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James Cox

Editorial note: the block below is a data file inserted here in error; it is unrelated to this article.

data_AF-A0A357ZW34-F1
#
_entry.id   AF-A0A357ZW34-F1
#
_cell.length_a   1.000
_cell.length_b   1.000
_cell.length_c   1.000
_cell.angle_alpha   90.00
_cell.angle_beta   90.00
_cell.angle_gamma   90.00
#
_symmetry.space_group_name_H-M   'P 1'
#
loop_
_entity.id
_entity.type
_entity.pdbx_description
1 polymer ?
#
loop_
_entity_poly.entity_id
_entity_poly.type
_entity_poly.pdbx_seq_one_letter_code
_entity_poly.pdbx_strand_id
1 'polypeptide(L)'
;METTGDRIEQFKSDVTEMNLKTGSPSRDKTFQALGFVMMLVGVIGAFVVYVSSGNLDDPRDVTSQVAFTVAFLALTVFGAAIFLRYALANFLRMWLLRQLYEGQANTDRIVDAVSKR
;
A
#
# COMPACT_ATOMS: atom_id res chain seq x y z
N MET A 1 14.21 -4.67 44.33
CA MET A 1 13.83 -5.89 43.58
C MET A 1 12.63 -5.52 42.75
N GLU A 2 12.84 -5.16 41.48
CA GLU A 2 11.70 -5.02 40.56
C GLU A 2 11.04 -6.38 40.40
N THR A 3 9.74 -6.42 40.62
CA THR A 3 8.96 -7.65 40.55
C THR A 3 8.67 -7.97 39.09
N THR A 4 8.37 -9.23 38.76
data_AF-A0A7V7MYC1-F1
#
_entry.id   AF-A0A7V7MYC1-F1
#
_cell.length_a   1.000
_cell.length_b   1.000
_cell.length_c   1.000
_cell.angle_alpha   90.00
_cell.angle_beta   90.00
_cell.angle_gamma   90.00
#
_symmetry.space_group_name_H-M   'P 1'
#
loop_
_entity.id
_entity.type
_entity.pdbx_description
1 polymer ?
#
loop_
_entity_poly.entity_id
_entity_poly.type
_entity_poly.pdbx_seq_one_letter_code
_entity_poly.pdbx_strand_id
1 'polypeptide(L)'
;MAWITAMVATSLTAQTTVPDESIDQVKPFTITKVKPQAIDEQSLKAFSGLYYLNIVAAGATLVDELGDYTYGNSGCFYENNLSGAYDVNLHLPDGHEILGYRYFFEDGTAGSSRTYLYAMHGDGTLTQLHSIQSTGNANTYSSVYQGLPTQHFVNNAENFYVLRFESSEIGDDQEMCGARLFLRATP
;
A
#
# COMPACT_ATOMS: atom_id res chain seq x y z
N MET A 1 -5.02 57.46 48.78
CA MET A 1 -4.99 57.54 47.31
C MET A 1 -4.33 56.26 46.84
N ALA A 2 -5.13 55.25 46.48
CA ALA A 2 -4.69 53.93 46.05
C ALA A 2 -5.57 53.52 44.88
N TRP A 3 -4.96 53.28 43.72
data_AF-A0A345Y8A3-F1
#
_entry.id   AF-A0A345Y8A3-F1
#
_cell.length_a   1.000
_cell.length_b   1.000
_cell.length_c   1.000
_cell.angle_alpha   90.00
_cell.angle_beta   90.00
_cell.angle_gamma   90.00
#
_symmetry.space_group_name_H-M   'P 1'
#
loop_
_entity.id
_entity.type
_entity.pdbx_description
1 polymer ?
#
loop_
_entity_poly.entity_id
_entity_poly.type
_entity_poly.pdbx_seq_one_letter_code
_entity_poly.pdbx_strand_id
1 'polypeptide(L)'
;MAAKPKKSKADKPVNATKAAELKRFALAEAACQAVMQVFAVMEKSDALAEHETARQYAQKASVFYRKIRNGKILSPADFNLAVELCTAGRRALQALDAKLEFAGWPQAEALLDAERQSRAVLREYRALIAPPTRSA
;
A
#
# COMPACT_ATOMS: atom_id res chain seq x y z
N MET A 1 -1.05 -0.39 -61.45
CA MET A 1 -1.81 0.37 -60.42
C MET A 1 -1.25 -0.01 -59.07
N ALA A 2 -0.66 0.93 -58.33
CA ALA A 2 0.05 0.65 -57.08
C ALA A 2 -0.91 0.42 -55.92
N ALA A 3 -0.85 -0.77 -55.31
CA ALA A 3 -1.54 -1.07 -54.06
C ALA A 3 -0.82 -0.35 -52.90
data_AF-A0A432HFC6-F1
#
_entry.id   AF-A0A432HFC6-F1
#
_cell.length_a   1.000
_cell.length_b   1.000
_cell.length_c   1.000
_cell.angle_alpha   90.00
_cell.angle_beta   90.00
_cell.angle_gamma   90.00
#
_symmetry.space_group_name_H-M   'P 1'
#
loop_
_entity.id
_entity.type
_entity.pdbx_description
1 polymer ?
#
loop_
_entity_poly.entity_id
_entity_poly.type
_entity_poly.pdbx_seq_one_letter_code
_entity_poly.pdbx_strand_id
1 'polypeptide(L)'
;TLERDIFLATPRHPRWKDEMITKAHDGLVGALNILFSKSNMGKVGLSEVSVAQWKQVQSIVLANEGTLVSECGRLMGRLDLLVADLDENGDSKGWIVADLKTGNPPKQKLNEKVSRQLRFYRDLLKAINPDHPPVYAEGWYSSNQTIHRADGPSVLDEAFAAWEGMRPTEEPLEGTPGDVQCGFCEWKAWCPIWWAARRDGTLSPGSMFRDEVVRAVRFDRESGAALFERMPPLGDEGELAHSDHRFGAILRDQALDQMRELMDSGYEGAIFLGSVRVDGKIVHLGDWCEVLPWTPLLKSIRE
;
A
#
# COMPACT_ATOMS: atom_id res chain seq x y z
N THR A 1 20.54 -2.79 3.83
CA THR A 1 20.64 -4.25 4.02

COX, James, soldier, born in Monmouth, New Jersey, 14 June, 1753; died there, 12 September, 1810. His early education was received in the public schools. At the age of twenty-four he commanded a company of militia, and afterward served at the battles of Germantown and Monmouth, attaining to the rank of brigadier-general. He was for many years a member of the state assembly, and one year its speaker. He was also a representative from New Jersey in the 10th congress, serving from 22 May, 1809, until his death.--His grandson, Samuel Sullivan, statesman, born in Zanesville, Ohio, 30 September, 1824. He is a son of Ezekiel Taylor Cox, a member of the Ohio senate in 1832-'3. He attended the Ohio University at Athens, and was graduated at Brown in 1846. During his stay in College he maintained himself by literary work, and obtained the prizes in classics, history, literary criticism, and political economy. Adopting the profession of the law, he returned to Ohio to begin practice, but soon laid it aside, and went to Europe. On his return he became, in 1853, editor of the Columbus, Ohio, "Statesman," and from that time turned his attention to political issues. While editing this journal he published a gorgeous description in sophomoric strain, which procured for him the sobriquet of" Sunset" Cox. Mr. Cox was offered, in 1855, the secretaryship of legation in London, but declined it. The opportunity was given not long after of going to Lima, Peru, in a similar capacity, and he accepted. He remained in Peru one year, and on his return was elected to congress, and re-elected three times, serving continuously from 7 December, 1857, till 3 March, 1865. During three terms he was chairman of the committee on Revolutionary claims. Mr. Cox was a delegate to the Chicago, New York, and St. Louis democratic conventions of 1864,1868, and 1876. During the civil war he sustained the government by voting money and men, although he took a prominent part in opposing certain policies of the administration. In 1866 he took up his residence in New York City, and was elected as a representative to congress in 1868, and re-elected three times. He served on the committees on foreign affairs, banking, the centennial exhibition, and rules. At the opening of the first session of the 45th congress, in 1877, he was one of three candidates for the speakership. Although not elected, he served frequently as speaker pro tern. In this session he took upon himself, by a special resolution of his own, the work of the new census law. He was the author also of the plan of apportionment adopted by the house. He was the introducer and champion for many years of the bill concerning the life-saying service, and finally witnessed its passage. Mr. Cox's work in congress included the raising of the salaries of letter-carriers, and granting them a vacation without loss of pay. This latter measure involved an appropriation of $96,000, but its results justified the action. He was on the committee to investigate the doings of Black Friday, Federal elections in cities, the New York post-office, and the Ku-klux troubles. He was also for many years one of the regents of the Smithsonian institution, his term closing in 1865. in 1869 he visited Europe and northern Africa, journeying through Italy, Corsica, Algeria, and Spain. In 1872 he was defeated as candidate at large for the state, but the death of his successful competitor necessitated another election, which resulted in Mr. Cox's return to his seat. He was re-elected in 1874, 1876, 1878, and 1880, serving twelve consecutive years, making a total congressional service on his part of twenty years. The last effort of Mr. Cox, and for which the Chamber of commerce of New York City thanked him, was the passage of a law uniting all jurisdictions in the Federal jurisdiction, so as to preserve New York harbor and its tributaries from destruction. This had passed in the house, but it was defeated on a point of order in the senate. In the summer of 1882 Mr. Cox visited Sweden, Norway, Russia, Turkey, and Greece. In 1885 he was appointed minister to Turkey, but returned to the United States in October 1886 after a year's absence, and in November was re-elected to congress. He has a reputation as an effective and humorous speaker, writer, and lecturer. In addition to a large amount of newspaper and magazine work, he has published " The Buckeye Abroad" (New. York, 1851) ", "Puritanism in Politics" (1863, ); " Eight Years in Congress" (1865); "A Search for Winter Sunbeams" (1870); " Why We Laugh" (1876); "Free Land and Free Trade" (1876); "Arctic Sunbeams" (1882); "Orient Sunbeams" (1882); and " The Three Decades of Federal Legislation" (1885).

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